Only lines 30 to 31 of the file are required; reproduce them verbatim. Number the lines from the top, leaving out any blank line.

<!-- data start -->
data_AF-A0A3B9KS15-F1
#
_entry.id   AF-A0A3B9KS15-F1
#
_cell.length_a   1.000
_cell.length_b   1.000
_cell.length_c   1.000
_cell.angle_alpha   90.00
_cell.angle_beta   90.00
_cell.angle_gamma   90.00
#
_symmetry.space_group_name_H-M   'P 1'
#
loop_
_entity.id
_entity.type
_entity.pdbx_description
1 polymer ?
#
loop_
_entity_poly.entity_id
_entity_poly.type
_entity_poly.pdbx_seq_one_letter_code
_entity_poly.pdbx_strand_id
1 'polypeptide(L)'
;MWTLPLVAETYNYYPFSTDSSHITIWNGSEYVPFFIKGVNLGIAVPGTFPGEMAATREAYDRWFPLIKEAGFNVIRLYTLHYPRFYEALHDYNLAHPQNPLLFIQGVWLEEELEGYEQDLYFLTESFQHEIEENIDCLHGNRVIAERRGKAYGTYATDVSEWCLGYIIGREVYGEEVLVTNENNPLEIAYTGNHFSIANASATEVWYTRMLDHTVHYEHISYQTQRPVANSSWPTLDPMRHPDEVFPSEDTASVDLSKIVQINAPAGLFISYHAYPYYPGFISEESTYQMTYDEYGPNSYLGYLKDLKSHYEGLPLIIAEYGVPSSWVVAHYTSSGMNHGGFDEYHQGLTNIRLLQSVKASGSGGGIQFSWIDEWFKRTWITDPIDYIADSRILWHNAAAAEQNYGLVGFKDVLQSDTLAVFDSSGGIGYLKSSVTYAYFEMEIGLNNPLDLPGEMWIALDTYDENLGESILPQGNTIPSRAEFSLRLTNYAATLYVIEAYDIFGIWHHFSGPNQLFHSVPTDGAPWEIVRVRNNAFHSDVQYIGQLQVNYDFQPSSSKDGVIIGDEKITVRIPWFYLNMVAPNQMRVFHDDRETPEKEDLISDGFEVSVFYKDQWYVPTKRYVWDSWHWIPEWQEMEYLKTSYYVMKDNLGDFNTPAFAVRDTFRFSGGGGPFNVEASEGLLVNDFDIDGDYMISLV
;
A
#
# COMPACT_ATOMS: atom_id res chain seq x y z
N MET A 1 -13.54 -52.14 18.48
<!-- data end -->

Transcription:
# COMPACT_ATOMS: atom_id res chain seq x y z
N MET A 1 -13.54 -52.14 18.48